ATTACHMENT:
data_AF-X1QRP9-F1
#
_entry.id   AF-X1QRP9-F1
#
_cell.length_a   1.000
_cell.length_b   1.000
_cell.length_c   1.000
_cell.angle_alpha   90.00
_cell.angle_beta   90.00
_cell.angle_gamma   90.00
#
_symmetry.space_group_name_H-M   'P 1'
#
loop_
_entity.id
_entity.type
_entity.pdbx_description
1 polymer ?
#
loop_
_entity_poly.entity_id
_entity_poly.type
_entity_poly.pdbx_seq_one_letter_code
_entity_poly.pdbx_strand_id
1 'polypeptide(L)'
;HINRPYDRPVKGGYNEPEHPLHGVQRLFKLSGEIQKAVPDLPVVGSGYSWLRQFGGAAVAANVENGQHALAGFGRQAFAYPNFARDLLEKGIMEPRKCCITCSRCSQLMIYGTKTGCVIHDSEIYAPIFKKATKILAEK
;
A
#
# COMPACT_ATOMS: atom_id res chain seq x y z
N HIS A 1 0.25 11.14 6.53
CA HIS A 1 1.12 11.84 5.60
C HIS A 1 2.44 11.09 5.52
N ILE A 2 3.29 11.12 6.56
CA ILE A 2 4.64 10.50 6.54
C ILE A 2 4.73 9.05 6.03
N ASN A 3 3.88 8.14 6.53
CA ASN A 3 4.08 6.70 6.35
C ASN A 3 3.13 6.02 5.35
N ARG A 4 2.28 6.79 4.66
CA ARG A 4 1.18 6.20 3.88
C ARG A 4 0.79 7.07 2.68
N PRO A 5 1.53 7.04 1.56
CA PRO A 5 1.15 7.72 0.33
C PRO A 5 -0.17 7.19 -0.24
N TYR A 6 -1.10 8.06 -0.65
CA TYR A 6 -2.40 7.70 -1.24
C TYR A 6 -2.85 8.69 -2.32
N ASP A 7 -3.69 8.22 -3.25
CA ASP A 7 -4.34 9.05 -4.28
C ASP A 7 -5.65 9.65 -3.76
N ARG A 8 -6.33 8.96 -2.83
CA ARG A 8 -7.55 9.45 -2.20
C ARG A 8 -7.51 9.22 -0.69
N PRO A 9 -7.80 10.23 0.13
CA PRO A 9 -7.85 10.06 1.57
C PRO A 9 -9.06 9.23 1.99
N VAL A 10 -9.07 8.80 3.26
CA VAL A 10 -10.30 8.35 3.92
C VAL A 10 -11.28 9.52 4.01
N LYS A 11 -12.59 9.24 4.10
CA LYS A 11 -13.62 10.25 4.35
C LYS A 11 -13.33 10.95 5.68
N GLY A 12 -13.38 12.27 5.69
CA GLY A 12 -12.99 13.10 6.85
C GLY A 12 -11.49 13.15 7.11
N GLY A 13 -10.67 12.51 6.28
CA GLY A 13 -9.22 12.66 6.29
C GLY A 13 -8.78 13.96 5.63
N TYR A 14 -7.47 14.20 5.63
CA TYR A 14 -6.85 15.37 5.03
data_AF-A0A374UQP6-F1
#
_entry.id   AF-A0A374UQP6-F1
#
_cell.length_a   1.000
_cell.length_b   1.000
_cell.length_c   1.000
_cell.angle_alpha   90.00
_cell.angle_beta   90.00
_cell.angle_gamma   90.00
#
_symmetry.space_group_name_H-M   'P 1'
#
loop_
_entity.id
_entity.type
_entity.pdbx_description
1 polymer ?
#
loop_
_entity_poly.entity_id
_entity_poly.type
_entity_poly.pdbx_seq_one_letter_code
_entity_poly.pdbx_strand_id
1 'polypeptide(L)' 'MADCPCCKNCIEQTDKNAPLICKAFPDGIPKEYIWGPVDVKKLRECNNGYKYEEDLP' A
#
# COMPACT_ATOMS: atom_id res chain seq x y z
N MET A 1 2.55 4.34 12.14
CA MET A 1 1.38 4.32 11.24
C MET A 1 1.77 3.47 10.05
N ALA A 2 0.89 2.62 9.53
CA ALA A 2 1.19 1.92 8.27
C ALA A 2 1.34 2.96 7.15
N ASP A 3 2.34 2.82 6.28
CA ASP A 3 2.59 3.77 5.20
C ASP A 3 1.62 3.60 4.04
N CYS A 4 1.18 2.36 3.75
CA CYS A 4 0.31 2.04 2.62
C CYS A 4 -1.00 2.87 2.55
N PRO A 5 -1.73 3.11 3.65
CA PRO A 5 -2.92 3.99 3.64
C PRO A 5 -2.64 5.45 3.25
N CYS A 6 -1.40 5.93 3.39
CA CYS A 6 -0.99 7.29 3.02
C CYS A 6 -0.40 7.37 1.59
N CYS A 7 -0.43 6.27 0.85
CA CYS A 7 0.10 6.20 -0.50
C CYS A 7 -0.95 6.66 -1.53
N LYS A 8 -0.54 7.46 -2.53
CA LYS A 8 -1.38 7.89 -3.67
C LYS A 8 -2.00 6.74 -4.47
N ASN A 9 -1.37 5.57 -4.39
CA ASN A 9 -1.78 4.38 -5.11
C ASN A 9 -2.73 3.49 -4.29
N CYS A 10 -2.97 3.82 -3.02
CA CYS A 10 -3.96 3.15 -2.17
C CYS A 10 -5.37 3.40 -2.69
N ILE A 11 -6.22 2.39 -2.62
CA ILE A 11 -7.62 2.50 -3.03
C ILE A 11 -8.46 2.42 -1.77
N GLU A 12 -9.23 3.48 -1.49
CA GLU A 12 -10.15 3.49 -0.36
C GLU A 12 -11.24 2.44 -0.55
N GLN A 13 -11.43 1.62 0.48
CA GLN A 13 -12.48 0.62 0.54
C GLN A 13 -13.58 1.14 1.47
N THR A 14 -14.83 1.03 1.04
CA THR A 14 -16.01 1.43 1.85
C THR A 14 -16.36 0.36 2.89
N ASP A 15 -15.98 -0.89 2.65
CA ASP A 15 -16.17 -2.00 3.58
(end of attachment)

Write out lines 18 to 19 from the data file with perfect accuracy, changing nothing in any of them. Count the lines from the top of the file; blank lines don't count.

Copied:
1 polymer ?
#